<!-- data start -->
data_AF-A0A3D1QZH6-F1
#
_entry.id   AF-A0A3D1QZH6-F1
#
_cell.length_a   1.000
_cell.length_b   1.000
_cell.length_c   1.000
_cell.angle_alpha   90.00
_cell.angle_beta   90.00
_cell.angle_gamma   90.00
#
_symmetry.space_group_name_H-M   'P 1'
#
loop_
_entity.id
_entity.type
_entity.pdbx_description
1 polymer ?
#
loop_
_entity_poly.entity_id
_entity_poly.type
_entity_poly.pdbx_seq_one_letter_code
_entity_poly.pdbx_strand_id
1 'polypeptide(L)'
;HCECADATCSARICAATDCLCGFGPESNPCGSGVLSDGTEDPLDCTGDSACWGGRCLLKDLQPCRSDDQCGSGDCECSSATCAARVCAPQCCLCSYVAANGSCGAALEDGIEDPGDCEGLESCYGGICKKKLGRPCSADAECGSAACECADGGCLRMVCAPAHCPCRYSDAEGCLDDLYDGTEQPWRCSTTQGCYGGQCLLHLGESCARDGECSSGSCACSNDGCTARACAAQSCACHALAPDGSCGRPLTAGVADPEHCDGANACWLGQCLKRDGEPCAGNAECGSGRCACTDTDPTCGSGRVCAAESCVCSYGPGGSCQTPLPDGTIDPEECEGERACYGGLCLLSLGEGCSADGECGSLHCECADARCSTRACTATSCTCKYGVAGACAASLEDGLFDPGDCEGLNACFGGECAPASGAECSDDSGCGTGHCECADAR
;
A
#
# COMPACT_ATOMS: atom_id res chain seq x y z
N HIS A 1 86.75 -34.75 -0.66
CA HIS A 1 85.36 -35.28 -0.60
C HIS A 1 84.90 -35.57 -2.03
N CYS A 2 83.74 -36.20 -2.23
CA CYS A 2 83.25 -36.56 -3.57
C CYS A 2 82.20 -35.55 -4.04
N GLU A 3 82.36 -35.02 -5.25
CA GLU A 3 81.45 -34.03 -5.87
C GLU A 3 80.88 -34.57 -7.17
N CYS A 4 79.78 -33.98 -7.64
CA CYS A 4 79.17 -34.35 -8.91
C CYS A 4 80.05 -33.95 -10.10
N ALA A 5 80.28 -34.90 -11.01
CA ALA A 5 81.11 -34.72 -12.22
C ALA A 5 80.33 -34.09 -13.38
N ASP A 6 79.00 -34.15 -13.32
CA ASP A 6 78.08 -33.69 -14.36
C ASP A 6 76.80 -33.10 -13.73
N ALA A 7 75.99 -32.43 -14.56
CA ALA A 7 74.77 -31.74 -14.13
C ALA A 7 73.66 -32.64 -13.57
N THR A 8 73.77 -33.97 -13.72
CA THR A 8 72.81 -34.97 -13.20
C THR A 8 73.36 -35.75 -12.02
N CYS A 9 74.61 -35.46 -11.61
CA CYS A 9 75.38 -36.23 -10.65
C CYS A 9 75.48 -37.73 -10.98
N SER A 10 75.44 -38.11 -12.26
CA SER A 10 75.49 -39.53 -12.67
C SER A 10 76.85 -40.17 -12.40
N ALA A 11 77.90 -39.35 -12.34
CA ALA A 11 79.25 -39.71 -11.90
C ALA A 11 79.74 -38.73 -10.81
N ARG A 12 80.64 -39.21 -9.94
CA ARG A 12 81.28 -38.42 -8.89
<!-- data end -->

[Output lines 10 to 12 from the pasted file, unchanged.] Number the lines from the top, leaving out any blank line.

_cell.angle_gamma   90.00
#
_symmetry.space_group_name_H-M   'P 1'